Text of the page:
Generic Data Access Component using Factory Pattern

From my point of view, the article A Generic Data Access Component using Factory Pattern provides a very good way of creating ADO.Net data provider-independent applications, but there is one problem with it. Different ADO.Net data providers use different approaches in the labeling parameters in the SQL statements. SQL Server provider supports named parameters only, so in order to use parameter someone should write something like this:
  1. SELECT * FROM Customers WHERE CustomerID = @CustomerID   
where @CustomerID will be a parameter name.
The same SQL statement, written for OLE DB data provider, would look like this:
  1. SELECT * FROM Customers WHERE CustomerID =?  
Just because the OLE DB provider supports the "?" placeholder only. That means that even if someone will create an IDbCommand interface using some factory object, he still will have to take into account this difference in the labeling of parameters. To avoid this problem it is possible to use the following trick - always use SQL Server provider parameters labeling convention (like @CustomerID) and at the moment of creating an appropriate IDbCommand interface in factory object just replace this named parameter by a "?" placeholder in the case if OLE DB data provider should be used, using for example class, implementing regular expressions. The sample code could look like the following:
  1. public static string AdaptSqlStatement(string a_sqlStatement)  
  2. {  
  3.     // it is assumed that source SQL statement uses named parameters(MS SQL Server  
  4.     //variant)  
  5.     if (s_defaultProviderType == ProviderType.USE_OLEDB_PROVIDER)  
  6.     {  
  7.         string l_result = a_sqlStatement;  
  8.         // first find all parameters  
  9.         Regex l_regex = new Regex(@"[@]\w+(?=\s|$|[,]|[)])");  
  10.         MatchCollection l_matches = l_regex.Matches(a_sqlStatement);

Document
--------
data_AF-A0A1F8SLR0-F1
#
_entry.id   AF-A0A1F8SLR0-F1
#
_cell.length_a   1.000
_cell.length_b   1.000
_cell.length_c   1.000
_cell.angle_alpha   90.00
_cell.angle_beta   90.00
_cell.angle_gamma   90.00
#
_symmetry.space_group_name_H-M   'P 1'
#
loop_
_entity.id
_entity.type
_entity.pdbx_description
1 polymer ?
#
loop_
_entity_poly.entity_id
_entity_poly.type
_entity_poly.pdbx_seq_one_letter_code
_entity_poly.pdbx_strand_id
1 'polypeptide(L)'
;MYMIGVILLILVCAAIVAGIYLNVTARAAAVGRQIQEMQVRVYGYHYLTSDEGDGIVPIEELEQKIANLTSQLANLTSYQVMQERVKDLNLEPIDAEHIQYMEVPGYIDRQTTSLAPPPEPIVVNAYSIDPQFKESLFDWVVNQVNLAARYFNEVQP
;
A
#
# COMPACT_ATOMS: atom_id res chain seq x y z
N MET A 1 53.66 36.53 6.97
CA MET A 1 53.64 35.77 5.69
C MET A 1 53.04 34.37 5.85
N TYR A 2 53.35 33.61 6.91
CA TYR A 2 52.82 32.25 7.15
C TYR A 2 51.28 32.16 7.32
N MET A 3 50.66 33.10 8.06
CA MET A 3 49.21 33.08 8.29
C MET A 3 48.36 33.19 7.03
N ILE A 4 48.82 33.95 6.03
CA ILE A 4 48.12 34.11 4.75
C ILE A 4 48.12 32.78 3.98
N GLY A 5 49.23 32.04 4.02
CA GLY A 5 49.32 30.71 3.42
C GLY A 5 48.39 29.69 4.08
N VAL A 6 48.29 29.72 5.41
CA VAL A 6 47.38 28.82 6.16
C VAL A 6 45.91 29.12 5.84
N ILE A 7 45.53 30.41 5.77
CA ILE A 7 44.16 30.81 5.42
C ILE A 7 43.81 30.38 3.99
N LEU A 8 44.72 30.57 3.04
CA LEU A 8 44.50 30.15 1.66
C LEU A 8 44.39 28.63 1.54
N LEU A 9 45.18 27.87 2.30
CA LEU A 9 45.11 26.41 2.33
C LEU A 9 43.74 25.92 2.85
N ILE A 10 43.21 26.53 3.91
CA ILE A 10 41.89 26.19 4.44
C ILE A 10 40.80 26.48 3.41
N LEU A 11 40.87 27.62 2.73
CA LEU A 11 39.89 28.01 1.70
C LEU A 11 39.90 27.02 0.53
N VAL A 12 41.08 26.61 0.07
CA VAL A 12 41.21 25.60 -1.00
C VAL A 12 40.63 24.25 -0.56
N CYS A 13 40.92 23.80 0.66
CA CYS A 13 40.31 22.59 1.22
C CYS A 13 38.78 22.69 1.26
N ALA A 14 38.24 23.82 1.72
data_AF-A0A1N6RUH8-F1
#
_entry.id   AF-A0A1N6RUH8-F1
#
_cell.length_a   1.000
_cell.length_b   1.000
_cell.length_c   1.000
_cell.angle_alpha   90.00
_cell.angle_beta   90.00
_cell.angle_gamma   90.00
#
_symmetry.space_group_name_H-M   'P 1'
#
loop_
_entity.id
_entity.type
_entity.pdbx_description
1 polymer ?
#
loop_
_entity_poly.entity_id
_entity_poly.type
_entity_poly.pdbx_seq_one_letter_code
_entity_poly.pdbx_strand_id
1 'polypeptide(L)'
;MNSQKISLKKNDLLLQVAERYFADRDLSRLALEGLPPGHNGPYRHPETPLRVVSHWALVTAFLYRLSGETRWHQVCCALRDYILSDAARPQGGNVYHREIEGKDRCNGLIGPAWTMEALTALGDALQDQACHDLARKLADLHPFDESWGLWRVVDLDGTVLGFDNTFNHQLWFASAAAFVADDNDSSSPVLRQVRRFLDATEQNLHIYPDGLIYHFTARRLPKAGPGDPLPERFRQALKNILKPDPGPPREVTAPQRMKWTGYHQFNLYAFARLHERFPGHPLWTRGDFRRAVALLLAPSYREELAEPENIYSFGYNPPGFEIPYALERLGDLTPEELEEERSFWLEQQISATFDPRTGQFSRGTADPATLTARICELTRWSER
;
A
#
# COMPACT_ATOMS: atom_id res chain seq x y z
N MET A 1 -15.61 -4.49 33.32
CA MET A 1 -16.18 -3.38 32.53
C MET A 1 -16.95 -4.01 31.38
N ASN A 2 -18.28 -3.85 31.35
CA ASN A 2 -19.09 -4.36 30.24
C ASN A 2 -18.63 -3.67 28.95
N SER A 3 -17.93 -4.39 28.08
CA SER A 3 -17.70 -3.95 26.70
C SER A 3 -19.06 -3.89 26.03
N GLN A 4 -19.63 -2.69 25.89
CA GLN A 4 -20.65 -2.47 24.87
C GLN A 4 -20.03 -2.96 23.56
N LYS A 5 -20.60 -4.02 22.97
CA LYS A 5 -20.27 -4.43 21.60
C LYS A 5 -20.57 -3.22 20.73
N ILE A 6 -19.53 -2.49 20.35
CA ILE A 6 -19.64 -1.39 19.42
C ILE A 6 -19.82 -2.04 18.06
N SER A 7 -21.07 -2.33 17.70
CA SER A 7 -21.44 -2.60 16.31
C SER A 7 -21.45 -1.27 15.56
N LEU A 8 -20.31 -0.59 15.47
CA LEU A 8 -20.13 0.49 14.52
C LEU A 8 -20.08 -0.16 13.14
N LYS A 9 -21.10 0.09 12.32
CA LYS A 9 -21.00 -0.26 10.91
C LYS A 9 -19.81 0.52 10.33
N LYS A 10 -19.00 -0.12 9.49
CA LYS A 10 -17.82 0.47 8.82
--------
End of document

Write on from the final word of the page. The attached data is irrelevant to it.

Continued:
11.         foreach (Match l_match in l_matches)  
  12.         {  
  13.             string l_parameter = l_match.ToString();  
  14.             // make additional checks of the parameter(check for such things  
  15.             // as @@IDENTITY)  
  16.             if (l_result.IndexOf("@" + l_parameter) == -1)  
  17.             {  
  18.                 l_result = l_result.Replace(l_parameter, "?");  
  19.             }  
  20.         }  
  21.         return l_result;  
  22.     }  
  23.     else  
  24.     {  
  25.         return a_sqlStatement;  
  26.     }  
  27. }  
As a result, having such an adapter function as part of the factory class, it is possible to write generic SQL statements using parameters in a data provider-independent way. The only constraint is that using this approach it is not possible to use parameters with the same name several times, so all parameter names should be unique.
This is maybe not the most elegant solution (it would be better to have both the named parameters and placeholder for parameters support, built-in in all data providers), but this approach also works fine.
See the attached source code for the full code.

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